Samuel Butler (1613-1680), Characters and Passages from Note-Books
, ed. A.R. Waller (Cambridge: At the University Press, 1908), pp. 136-137 (ellipsis in original):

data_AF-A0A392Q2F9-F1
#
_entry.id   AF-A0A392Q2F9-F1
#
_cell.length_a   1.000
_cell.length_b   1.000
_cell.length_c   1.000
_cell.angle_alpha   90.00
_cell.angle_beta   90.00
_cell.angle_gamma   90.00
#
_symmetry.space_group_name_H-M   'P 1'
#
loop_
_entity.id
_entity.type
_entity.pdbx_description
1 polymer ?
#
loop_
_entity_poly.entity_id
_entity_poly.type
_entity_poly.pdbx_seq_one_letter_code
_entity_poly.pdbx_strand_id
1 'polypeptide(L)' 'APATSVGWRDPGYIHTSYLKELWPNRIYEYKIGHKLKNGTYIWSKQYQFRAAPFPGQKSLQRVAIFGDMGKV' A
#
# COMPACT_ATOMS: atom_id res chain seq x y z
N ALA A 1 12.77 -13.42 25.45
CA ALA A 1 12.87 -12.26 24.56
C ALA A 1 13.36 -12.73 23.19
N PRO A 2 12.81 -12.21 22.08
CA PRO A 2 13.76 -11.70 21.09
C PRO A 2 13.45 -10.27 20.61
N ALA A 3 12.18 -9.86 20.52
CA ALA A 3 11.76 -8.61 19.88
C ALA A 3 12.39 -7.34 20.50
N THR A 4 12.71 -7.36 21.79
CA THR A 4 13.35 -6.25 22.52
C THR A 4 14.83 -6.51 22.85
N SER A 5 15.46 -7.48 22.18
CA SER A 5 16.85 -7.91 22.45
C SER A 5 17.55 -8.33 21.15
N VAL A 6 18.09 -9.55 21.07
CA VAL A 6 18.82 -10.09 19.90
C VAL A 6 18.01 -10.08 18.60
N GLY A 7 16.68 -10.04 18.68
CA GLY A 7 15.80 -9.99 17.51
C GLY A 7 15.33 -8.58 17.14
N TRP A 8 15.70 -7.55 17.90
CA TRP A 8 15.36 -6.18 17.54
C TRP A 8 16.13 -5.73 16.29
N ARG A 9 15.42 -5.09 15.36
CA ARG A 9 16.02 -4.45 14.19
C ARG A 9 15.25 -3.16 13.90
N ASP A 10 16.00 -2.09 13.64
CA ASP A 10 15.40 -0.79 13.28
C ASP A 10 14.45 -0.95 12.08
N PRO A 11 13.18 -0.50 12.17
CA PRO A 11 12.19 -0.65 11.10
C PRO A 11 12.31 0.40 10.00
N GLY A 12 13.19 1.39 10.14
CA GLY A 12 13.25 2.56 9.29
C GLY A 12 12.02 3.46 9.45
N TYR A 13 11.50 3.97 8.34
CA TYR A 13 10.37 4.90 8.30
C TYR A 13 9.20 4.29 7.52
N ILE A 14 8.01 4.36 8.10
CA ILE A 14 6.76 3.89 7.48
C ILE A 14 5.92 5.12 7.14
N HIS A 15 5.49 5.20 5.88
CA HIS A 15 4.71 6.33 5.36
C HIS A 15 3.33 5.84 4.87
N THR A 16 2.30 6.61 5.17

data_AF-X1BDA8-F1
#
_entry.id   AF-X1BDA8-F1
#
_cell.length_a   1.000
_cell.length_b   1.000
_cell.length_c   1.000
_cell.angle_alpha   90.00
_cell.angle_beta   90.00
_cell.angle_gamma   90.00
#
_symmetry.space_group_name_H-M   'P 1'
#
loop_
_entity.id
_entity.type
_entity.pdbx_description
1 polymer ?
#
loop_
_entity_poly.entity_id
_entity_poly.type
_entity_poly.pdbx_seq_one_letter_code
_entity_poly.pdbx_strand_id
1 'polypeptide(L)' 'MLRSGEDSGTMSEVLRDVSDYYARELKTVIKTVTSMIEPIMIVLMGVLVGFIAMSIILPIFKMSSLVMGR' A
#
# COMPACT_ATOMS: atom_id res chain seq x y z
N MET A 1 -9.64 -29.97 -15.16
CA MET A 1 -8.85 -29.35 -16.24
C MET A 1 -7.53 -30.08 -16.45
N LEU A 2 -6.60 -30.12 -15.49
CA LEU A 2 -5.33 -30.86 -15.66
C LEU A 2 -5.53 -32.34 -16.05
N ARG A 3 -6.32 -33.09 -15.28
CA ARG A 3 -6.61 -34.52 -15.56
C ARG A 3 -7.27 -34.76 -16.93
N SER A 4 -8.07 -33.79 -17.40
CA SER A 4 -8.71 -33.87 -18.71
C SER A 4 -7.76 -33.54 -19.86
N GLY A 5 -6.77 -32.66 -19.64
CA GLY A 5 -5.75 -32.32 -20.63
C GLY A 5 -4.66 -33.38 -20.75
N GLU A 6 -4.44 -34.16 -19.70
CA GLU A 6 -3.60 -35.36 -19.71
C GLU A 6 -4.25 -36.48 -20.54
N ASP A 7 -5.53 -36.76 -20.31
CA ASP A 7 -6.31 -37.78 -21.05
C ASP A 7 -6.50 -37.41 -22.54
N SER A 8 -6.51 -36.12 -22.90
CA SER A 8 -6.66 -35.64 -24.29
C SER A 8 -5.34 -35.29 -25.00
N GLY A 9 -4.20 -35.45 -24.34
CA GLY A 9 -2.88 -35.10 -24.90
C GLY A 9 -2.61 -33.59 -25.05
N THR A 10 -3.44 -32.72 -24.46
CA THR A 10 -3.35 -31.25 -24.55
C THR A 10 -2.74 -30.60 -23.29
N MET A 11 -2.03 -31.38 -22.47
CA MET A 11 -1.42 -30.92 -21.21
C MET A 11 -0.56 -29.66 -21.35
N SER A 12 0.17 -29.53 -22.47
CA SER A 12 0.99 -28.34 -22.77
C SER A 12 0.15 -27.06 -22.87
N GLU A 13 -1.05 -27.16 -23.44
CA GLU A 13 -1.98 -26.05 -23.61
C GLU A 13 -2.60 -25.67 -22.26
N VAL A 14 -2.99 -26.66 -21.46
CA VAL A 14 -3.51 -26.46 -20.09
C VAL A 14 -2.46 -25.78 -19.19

A Pedant is a dwarf Scholar, that never outgrows the Mode and Fashion of the School, where he should have been taught. He wears his little Learning, unmade-up, puts it on, before it was half finished, without pressing or smoothing. He studies and uses Words with the greatest Respect possible, merely for their own Sakes, like an honest Man, without any Regard of Interest, as they are useful and serviceable to Things, and among those he is kindest to Strangers (like a civil Gentleman) that are far from their own Country and most unknown. He collects old Sayings and Ends of Verses, as Antiquaries do old Coins, and is as glad to produce them upon all Occasions. He has Sentences ready lying by him for all Purposes, though to no one, and talks of Authors as familiarly as his Fellow-Collegiates. He will challenge Acquaintance with those, he never saw before, and pretend to intimate Knowledge of those, he has only heard of. He is well stored with Terms of Art, but does not know how to use them, like a Country-Fellow, that carries his Gloves in his Hands, not his Hands in his Gloves. He handles Arts and Sciences like those, that can play a little upon an Instrument, but do not know, whether it be in Tune or not. He converses by the Book; and does not talk, but quote. If he can but screw in something, that an ancient Writer said, he believes it to be much better than if he had something of himself to the Purpose. His Brain is not able to concoct what it takes in, and therefore brings things up as they were swallowed, that is, crude and undigested, in whole Sentences, not assimilated Sense, which he rather affects; for his Want of Judgment, like Want of Health, renders his Appetite preposterous. He pumps for affected and far-fet Expressions, and they always prove as far from the Purpose. He admires Canting above Sense. He is worse than one, that is utterly ignorant, as a Cock that sees a little, fights worse than one, that is stark-blind. He speaks in a different Dialect from other Men, and much affects forced Expressions, forgetting that hard Words, as well as evil ones, corrupt good Manners. He can do nothing, like a Conjurer, out of the Circle of his Arts, nor in it without canting and .... If he professes Physic, he gives his Patients sound hard Words for their Money, as cheap as he can afford; for they cost him Money and Study too, before he came by them, and he has Reason to make as much of them as he can.